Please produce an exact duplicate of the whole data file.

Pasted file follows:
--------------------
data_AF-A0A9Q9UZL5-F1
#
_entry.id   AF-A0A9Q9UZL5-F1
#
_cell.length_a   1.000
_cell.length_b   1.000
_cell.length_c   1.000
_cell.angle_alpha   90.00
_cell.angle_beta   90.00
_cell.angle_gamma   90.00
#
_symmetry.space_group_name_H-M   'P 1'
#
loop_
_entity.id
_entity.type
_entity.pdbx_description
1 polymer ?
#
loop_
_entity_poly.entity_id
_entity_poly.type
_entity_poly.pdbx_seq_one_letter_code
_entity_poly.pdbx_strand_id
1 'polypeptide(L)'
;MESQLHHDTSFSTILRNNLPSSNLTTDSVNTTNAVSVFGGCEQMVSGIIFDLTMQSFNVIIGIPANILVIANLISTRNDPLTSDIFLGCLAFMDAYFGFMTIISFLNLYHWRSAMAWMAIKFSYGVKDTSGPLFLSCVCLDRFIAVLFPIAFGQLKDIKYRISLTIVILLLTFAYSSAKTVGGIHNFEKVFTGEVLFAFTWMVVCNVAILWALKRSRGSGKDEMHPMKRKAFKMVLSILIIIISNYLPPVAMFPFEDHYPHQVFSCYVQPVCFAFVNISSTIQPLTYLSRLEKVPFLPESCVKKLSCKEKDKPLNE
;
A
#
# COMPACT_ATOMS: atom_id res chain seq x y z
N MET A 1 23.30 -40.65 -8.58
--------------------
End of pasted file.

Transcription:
data_AF-A0A9Q9UZL5-F1
#
_entry.id   AF-A0A9Q9UZL5-F1
#
_cell.length_a   1.000
_cell.length_b   1.000
_cell.length_c   1.000
_cell.angle_alpha   90.00
_cell.angle_beta   90.00
_cell.angle_gamma   90.00
#
_symmetry.space_group_name_H-M   'P 1'
#
loop_
_entity.id
_entity.type
_entity.pdbx_description
1 polymer ?
#
loop_
_entity_poly.entity_id
_entity_poly.type
_entity_poly.pdbx_seq_one_letter_code
_entity_poly.pdbx_strand_id
1 'polypeptide(L)'
;MESQLHHDTSFSTILRNNLPSSNLTTDSVNTTNAVSVFGGCEQMVSGIIFDLTMQSFNVIIGIPANILVIANLISTRNDPLTSDIFLGCLAFMDAYFGFMTIISFLNLYHWRSAMAWMAIKFSYGVKDTSGPLFLSCVCLDRFIAVLFPIAFGQLKDIKYRISLTIVILLLTFAYSSAKTVGGIHNFEKVFTGEVLFAFTWMVVCNVAILWALKRSRGSGKDEMHPMKRKAFKMVLSILIIIISNYLPPVAMFPFEDHYPHQVFSCYVQPVCFAFVNISSTIQPLTYLSRLEKVPFLPESCVKKLSCKEKDKPLNE
;
A
#
# COMPACT_ATOMS: atom_id res chain seq x y z
N MET A 1 23.30 -40.65 -8.58